A recent caller to the Bible Answer Man broadcast asked for further clarification as to whether 2 Samuel 12:8 might well suggest that God approves of the practice of polygamy. I promised to provide additional perspective to this very significant question, and I say “significant” in that one may legitimately question a God who approves the practice of polygamy. 

In 2 Samuel 12, the Lord, speaking through Nathan the prophet, says to King David, “I gave you your master’s house and your master’s wives into your arms, and I gave you the house of Israel and Judah; and if that had been too little, I would have added you many more things like these.”

At face value, this seems to suggest that God gave David multiple wives, and then stood ready to add to his harem with divine sanction. Of course, that’s precisely the problem with pressing Scripture into a wooden literal labyrinth, because—in truth—if Nathan’s words are anything at all, they are ironic. David had just murdered a man in order to have another woman appended to his harem. Despite the generosity of the very God who had made him sovereign ruler of the land, the king had stolen the wife of a servant and that to satisfy his carnal lust. Thus, in language that dripped with irony, Nathan the prophet pronounces judgment against Israel’s king. As such, 2 Samuel 12 hardly constitutes divine approval for the practice of polygamy.

And this is not a singular case. As with David, Solomon, David’s son, had extravagances in multiplying not only horses, but multiplying wives, and that was a significant factor in the unraveling of a kingdom. Who can forget the explicit admonition of Moses in Deuteronomy 17:17: Do not multiply wives or your heart will be led astray! If this applied to the great kings of Israel, how much more the subjects of the kingdom. Moreover, monogamous marriage is clearly taught in Genesis (2:22-24), and then reiterated by Christ himself. Indeed, Jesus went on to say that, “Anyone who divorces his wife, except for marital unfaithfulness, and marries another woman commits adultery” (Matt 19:9). Not only so, but marriage is an analogy for the relationship that God has with his people, with the Church, His one and only bride.

Furthermore, reading the Bible for all its worth involves recognition that the narratives of Scripture are often descriptive as opposed to prescriptive. The fact that Scripture reveals the patriarchs with all their warts and moles and wrinkles is to warn us of their failures, it’s not to teach us to emulate their practices. Far from blinking at David’s polygamous behavior, the Bible reveals that as a result of his sin, the sword never left his home.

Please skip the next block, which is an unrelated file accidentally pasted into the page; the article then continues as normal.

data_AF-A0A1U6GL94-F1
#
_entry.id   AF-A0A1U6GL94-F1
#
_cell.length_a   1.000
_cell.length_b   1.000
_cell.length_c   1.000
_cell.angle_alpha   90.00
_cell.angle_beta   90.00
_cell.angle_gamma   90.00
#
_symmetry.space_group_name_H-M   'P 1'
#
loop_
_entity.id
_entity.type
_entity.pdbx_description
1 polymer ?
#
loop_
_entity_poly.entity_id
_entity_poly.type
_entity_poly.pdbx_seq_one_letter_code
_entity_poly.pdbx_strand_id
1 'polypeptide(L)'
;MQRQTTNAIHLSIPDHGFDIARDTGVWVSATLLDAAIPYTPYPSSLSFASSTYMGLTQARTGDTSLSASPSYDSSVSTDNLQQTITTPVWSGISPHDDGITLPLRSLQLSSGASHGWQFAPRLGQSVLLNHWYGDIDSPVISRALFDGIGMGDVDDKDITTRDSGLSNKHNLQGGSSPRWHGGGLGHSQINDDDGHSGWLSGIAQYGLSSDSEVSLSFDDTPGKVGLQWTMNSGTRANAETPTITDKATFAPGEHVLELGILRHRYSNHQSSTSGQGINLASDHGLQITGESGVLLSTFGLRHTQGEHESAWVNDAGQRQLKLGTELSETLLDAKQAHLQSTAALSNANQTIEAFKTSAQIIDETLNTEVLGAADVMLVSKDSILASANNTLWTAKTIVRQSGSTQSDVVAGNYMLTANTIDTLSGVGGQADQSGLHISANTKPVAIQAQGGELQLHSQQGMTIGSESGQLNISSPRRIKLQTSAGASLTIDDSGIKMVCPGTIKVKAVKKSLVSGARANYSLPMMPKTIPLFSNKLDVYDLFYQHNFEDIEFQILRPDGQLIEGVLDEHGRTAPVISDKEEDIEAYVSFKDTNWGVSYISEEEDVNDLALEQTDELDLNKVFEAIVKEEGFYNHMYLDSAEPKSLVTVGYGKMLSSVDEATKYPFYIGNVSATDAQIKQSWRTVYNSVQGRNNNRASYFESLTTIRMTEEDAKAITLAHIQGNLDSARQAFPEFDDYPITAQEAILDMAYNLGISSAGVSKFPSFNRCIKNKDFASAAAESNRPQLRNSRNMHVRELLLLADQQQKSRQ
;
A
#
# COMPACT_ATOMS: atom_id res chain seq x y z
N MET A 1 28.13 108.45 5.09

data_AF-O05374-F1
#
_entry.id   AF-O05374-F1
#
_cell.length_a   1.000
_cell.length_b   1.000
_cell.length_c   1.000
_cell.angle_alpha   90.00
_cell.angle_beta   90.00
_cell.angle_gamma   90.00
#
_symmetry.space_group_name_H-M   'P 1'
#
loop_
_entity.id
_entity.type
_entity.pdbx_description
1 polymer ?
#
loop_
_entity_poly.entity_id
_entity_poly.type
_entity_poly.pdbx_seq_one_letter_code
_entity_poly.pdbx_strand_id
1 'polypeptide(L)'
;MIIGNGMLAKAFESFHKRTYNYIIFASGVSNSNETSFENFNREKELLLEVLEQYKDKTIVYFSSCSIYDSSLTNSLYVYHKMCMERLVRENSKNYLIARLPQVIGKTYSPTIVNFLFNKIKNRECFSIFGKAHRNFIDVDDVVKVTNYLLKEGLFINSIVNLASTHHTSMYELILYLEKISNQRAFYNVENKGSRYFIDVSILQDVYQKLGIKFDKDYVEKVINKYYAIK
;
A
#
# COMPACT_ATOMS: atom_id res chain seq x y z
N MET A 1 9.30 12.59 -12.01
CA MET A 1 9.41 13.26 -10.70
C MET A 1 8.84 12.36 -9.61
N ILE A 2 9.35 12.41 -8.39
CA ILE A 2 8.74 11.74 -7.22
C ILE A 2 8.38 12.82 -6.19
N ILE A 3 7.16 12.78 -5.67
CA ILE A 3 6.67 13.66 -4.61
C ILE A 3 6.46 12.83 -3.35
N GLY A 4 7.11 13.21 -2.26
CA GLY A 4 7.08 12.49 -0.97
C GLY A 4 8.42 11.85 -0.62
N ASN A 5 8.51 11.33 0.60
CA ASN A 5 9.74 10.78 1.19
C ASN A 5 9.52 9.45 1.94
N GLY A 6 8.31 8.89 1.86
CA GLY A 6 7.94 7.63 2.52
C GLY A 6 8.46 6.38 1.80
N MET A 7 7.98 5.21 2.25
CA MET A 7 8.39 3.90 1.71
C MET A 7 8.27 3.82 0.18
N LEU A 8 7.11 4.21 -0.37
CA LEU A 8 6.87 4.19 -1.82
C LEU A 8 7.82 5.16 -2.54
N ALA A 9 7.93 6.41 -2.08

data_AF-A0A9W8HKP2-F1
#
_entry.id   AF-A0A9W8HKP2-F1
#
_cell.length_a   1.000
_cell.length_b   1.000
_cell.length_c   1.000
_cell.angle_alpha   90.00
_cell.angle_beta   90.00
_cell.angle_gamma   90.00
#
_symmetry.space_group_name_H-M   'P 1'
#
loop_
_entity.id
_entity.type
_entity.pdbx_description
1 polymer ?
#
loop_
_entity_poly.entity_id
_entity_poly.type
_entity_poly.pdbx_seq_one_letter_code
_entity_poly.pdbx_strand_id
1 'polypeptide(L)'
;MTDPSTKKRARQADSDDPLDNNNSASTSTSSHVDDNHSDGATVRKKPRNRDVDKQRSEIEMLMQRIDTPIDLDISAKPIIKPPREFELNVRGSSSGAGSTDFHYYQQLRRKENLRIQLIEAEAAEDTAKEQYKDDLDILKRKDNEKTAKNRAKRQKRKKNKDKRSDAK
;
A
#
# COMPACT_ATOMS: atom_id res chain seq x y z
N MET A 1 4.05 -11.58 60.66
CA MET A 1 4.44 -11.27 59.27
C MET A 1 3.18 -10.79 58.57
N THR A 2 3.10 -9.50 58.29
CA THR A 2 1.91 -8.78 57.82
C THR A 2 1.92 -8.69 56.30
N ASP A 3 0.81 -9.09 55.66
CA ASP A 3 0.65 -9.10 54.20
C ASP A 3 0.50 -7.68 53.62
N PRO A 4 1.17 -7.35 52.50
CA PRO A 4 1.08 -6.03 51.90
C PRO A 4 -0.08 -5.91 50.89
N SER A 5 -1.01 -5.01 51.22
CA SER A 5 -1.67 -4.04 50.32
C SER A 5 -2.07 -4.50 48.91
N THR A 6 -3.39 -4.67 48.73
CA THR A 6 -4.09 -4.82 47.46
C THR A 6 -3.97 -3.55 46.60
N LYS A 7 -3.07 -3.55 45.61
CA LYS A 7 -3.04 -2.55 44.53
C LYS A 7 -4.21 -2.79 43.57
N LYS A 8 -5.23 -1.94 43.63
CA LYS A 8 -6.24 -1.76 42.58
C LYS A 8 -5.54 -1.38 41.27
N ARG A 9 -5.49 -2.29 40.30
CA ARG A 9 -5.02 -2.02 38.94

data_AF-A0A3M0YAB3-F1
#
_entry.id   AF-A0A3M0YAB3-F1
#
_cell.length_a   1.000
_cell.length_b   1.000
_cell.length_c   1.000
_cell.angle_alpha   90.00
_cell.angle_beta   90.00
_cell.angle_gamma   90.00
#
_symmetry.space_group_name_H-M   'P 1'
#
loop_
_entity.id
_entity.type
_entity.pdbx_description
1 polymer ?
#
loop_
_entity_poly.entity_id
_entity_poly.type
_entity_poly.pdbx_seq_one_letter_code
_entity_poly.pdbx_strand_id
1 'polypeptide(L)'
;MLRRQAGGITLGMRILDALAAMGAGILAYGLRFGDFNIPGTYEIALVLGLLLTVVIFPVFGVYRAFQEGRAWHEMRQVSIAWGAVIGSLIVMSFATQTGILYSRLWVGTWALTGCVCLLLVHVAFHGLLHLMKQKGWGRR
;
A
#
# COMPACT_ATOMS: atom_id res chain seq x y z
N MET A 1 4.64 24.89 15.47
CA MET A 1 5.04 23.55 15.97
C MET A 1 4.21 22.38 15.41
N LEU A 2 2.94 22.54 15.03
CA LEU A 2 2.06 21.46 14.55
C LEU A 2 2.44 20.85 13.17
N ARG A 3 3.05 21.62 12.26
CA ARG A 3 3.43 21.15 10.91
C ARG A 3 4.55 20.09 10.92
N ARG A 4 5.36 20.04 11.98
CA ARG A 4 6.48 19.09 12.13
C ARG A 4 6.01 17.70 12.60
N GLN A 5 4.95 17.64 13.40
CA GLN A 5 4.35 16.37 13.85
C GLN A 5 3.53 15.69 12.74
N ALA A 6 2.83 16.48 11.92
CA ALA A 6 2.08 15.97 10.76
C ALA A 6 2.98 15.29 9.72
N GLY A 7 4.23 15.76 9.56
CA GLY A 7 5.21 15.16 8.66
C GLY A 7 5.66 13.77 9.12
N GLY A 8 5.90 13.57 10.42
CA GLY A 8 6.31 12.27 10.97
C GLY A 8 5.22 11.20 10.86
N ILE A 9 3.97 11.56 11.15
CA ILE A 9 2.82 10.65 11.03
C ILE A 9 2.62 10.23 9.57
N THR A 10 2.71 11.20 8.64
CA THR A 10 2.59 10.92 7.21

Finally, let me say this; As God permitted divorce because of the hardness of men’s hearts, so too He put up with polygamy because of humankind’s insolent stubbornness. Indeed, God causes even the wrath of man to please Him. Thus, in His sovereign purposes, He might well have tolerated the practice of polygamy for the very purpose of providing economic stability and security for women trapped within the confines of a patriarchal society. Yet, as redemptive history reveals, God does not simply leave His people where they are—He moves to sanctify them. In the effulgence of Scripture, women are elevated from the confines of a patriarchal society to the status of complete ontological equality with men. As such, the apostle Paul in definitive fashion says just as there are no slaves but only free in the economy of God, so too there is no male or female but all are one in Christ. Indeed, one might well say that the words of Paul in Ephesians 5 have ennobled and empowered women in the West such that far from being chattel, they’re considered co-laborers in Christ with the very men who are instructed to give up their rights for them.

While Islam abides polygamy, it certainly plays no part in the Christian ethic. Speaking of Islam, we have a brand new book out on Islam, entitled, Islam: What You Must Know. It equips you now how to correctly think about Islam. Unfortunately, we have all sorts of pre-texts about Islam. Sophistry, sloppy journalism, and sensationalism has won the day even in the Christian church. We put together this book to help you determine questions such as, “Is Islam a maniacal monolith or is it multifaceted?” “What’s the difference between Shiite and Sunni?” Islam is a mission field on our own doorstep, and I encourage you to get a copy of this book at our website of www.equip.org or by calling us at 1-888-700-0274.